Cancer incidence among pesticide applicators exposed to metolachlor in the Agricultural Health Study

Authors

  • Jennifer A. Rusiecki,

    Corresponding author
    1. Division of Cancer Epidemiology and Genetics, National Cancer Institute, National Institutes of Health, Department of Health and Human Services, Rockville, MD, USA
    • Uniformed Services University of the Health Sciences, Dept. of Preventive Medicine and Biometrics, 4301 Jones Bridge Rd., PMB Room A1039, Bethesda, MD 20814-4799, USA
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    • Fax: +301-295-1854.

  • Lifang Hou,

    1. Division of Cancer Epidemiology and Genetics, National Cancer Institute, National Institutes of Health, Department of Health and Human Services, Rockville, MD, USA
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  • Won Jin Lee,

    1. Division of Cancer Epidemiology and Genetics, National Cancer Institute, National Institutes of Health, Department of Health and Human Services, Rockville, MD, USA
    2. Department of Preventive Medicine, College of Medicine, Korea University, Seoul, Republic of Korea
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  • Aaron Blair,

    1. Division of Cancer Epidemiology and Genetics, National Cancer Institute, National Institutes of Health, Department of Health and Human Services, Rockville, MD, USA
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  • Mustafa Dosemeci,

    1. Division of Cancer Epidemiology and Genetics, National Cancer Institute, National Institutes of Health, Department of Health and Human Services, Rockville, MD, USA
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  • Jay H. Lubin,

    1. Division of Cancer Epidemiology and Genetics, National Cancer Institute, National Institutes of Health, Department of Health and Human Services, Rockville, MD, USA
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  • Matthew Bonner,

    1. Division of Cancer Epidemiology and Genetics, National Cancer Institute, National Institutes of Health, Department of Health and Human Services, Rockville, MD, USA
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  • Claudine Samanic,

    1. Division of Cancer Epidemiology and Genetics, National Cancer Institute, National Institutes of Health, Department of Health and Human Services, Rockville, MD, USA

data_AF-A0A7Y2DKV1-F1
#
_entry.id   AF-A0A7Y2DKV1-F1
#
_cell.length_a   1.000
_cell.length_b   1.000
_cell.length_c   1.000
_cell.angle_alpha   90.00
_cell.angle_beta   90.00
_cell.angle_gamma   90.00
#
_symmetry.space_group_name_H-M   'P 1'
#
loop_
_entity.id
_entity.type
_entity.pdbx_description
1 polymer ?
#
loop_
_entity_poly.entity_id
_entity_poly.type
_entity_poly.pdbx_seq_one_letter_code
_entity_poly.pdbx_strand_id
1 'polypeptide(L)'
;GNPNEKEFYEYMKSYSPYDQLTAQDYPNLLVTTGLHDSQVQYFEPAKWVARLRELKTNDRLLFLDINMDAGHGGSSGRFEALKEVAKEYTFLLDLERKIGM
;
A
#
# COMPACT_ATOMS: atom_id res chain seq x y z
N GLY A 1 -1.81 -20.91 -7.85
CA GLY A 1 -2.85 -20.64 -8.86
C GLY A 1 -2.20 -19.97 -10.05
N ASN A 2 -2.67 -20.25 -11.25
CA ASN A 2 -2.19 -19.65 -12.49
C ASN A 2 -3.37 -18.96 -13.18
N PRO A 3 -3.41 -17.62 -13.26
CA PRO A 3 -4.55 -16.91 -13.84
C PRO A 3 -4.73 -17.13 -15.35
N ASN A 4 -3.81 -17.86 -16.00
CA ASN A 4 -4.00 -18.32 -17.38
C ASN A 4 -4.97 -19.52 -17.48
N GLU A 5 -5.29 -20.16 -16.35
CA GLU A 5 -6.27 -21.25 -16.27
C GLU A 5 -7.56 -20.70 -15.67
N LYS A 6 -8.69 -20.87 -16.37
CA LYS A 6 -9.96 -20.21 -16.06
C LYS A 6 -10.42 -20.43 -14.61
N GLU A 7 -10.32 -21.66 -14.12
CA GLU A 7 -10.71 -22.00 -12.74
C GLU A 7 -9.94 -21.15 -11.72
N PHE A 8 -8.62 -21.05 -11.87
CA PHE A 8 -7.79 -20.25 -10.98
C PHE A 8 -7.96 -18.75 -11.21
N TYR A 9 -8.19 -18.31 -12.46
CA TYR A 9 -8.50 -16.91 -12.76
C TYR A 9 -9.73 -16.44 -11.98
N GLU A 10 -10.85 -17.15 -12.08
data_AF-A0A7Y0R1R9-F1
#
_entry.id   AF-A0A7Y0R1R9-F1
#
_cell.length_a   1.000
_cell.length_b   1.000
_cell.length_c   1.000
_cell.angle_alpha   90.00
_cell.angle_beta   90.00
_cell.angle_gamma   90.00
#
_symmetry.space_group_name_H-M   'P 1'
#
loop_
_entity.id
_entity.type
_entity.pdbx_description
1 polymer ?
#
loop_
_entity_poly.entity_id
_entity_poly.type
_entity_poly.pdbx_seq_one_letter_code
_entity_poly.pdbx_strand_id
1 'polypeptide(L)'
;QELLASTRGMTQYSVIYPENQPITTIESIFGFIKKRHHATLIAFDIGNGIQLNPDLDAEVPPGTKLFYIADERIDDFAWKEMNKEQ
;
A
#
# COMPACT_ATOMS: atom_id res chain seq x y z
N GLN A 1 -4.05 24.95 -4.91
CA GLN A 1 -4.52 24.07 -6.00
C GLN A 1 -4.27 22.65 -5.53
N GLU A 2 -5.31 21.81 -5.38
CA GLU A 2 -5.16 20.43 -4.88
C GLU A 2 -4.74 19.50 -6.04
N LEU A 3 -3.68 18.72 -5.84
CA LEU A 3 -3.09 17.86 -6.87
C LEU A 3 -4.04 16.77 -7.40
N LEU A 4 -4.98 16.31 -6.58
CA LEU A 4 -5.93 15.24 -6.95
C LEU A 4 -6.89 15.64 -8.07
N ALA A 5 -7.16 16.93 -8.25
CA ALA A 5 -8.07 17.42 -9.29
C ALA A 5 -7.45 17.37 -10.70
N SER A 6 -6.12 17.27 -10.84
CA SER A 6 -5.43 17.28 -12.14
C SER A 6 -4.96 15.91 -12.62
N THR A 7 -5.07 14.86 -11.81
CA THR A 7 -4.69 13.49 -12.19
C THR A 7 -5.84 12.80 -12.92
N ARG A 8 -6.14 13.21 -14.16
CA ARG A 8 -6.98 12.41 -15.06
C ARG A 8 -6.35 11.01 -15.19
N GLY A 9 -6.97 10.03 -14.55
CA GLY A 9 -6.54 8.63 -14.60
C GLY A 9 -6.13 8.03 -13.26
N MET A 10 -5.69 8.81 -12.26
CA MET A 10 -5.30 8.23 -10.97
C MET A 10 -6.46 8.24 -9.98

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  • Jane A. Hoppin,

    1. Epidemiology Branch, National Institute of Environmental Health Sciences, National Institutes of Health, Department of Health and Human Services, Research Triangle Park, NC, USA
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  • Dale P. Sandler,

    1. Epidemiology Branch, National Institute of Environmental Health Sciences, National Institutes of Health, Department of Health and Human Services, Research Triangle Park, NC, USA
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  • Michael C.R. Alavanja

    1. Division of Cancer Epidemiology and Genetics, National Cancer Institute, National Institutes of Health, Department of Health and Human Services, Rockville, MD, USA
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Abstract

Metolachlor is one of the most widely used herbicides in the United States. We evaluated the incidence of cancer among pesticide applicators exposed to metolachlor in the Agricultural Health Study, a prospective cohort study of licensed pesticide applicators in Iowa and North Carolina. A total of 50,193 pesticide applicators were included. Detailed information on pesticide exposure and lifestyle factors was obtained from self-administered enrollment questionnaires completed between 1993 and 1997; average length of follow-up was 7.33 years. Two metolachlor exposure metrics were used : (i) lifetime days personally mixed or applied metolachlor and (ii) intensity-weighted lifetime days (lifetime days × an intensity level). Poisson regression analysis was used to estimate relative risks (RR) and 95% confidence intervals (95%CI) for cancer subtypes by tertiles of metolachlor exposure. No clear risk for any cancer subtype was found for exposure to metolachlor. A significantly decreased RR was found for prostate cancer in the highest category of lifetime days exposure (RR = 0.59; 95%CI, 0.39–0.89) and in the second highest category of intensity-weighted lifetime days exposure (RR = 0.66; 95%CI, 0.45–0.97); however, the test for trend was not significant for either exposure metric. A nonsignificantly increased risk was found for lung cancer with lifetime days exposure in the highest category (RR = 2.37; 95%CI, 0.97–5.82, p-trend = 0.03) but not with intensity-weighted lifetime days. Given the widespread use of metolachlor and the frequent detection of metolachlor in both surface and ground water, future analyses of the AHS will allow further examination of long-term health effects, including lung cancer and the less common cancers. © 2006 Wiley-Liss, Inc.

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